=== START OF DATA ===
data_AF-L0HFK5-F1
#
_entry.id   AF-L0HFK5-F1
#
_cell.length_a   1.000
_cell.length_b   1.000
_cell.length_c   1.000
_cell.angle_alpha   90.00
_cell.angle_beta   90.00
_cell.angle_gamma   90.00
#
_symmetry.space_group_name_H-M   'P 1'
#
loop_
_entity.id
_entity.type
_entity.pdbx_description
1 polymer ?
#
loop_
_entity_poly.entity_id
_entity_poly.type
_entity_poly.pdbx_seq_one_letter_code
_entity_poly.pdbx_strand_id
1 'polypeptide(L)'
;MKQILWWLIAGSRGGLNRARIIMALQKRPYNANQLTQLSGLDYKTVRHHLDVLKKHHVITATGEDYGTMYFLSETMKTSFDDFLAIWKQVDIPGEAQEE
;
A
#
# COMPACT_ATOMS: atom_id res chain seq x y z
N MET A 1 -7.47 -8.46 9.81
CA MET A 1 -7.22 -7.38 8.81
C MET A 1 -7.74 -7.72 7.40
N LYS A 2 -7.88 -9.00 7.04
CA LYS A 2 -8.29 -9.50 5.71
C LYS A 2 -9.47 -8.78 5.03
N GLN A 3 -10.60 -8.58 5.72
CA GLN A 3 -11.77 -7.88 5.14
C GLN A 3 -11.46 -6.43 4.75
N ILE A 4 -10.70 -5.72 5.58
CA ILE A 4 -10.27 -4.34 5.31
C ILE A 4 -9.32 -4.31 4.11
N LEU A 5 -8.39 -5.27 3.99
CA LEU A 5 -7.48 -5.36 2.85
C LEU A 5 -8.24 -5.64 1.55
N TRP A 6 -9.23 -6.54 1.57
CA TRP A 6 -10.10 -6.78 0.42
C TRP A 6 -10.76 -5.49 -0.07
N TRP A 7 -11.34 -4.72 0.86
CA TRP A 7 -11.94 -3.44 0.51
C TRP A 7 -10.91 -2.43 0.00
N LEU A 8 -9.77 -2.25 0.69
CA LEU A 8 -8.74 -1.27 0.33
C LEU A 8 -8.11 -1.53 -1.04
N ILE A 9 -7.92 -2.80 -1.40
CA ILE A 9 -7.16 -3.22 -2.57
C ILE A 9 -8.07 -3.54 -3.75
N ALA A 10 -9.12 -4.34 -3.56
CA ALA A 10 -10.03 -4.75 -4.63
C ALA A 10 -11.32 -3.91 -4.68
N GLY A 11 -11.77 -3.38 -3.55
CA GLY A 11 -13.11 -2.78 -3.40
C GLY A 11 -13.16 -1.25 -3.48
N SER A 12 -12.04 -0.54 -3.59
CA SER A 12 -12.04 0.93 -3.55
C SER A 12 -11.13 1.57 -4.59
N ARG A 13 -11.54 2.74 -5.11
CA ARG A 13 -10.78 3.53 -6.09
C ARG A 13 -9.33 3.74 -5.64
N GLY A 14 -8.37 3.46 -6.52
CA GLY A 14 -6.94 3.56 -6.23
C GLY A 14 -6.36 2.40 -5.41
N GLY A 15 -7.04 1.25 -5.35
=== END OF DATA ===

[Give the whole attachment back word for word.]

data_AF-L0HFK5-F1
#
_entry.id   AF-L0HFK5-F1
#
_cell.length_a   1.000
_cell.length_b   1.000
_cell.length_c   1.000
_cell.angle_alpha   90.00
_cell.angle_beta   90.00
_cell.angle_gamma   90.00
#
_symmetry.space_group_name_H-M   'P 1'
#
loop_
_entity.id
_entity.type
_entity.pdbx_description
1 polymer ?
#
loop_
_entity_poly.entity_id
_entity_poly.type
_entity_poly.pdbx_seq_one_letter_code
_entity_poly.pdbx_strand_id
1 'polypeptide(L)'
;MKQILWWLIAGSRGGLNRARIIMALQKRPYNANQLTQLSGLDYKTVRHHLDVLKKHHVITATGEDYGTMYFLSETMKTSFDDFLAIWKQVDIPGEAQEE
;
A
#
# COMPACT_ATOMS: atom_id res chain seq x y z
N MET A 1 -7.47 -8.46 9.81
CA MET A 1 -7.22 -7.38 8.81
C MET A 1 -7.74 -7.72 7.40
N LYS A 2 -7.88 -9.00 7.04
CA LYS A 2 -8.29 -9.50 5.71
C LYS A 2 -9.47 -8.78 5.03
N GLN A 3 -10.60 -8.58 5.72
CA GLN A 3 -11.77 -7.88 5.14
C GLN A 3 -11.46 -6.43 4.75
N ILE A 4 -10.70 -5.72 5.58
CA ILE A 4 -10.27 -4.34 5.31
C ILE A 4 -9.32 -4.31 4.11
N LEU A 5 -8.39 -5.27 3.99
CA LEU A 5 -7.48 -5.36 2.85
C LEU A 5 -8.24 -5.64 1.55
N TRP A 6 -9.23 -6.54 1.57
CA TRP A 6 -10.10 -6.78 0.42
C TRP A 6 -10.76 -5.49 -0.07
N TRP A 7 -11.34 -4.72 0.86
CA TRP A 7 -11.94 -3.44 0.51
C TRP A 7 -10.91 -2.43 0.00
N LEU A 8 -9.77 -2.25 0.69
CA LEU A 8 -8.74 -1.27 0.33
C LEU A 8 -8.11 -1.53 -1.04
N ILE A 9 -7.92 -2.80 -1.40
CA ILE A 9 -7.16 -3.22 -2.57
C ILE A 9 -8.07 -3.54 -3.75
N ALA A 10 -9.12 -4.34 -3.56
CA ALA A 10 -10.03 -4.75 -4.63
C ALA A 10 -11.32 -3.91 -4.68
N GLY A 11 -11.77 -3.38 -3.55
CA GLY A 11 -13.11 -2.78 -3.40
C GLY A 11 -13.16 -1.25 -3.48
N SER A 12 -12.04 -0.54 -3.59
CA SER A 12 -12.04 0.93 -3.55
C SER A 12 -11.13 1.57 -4.59
N ARG A 13 -11.54 2.74 -5.11
CA ARG A 13 -10.78 3.53 -6.09
C ARG A 13 -9.33 3.74 -5.64
N GLY A 14 -8.37 3.46 -6.52
CA GLY A 14 -6.94 3.56 -6.23
C GLY A 14 -6.36 2.40 -5.41
N GLY A 15 -7.04 1.25 -5.35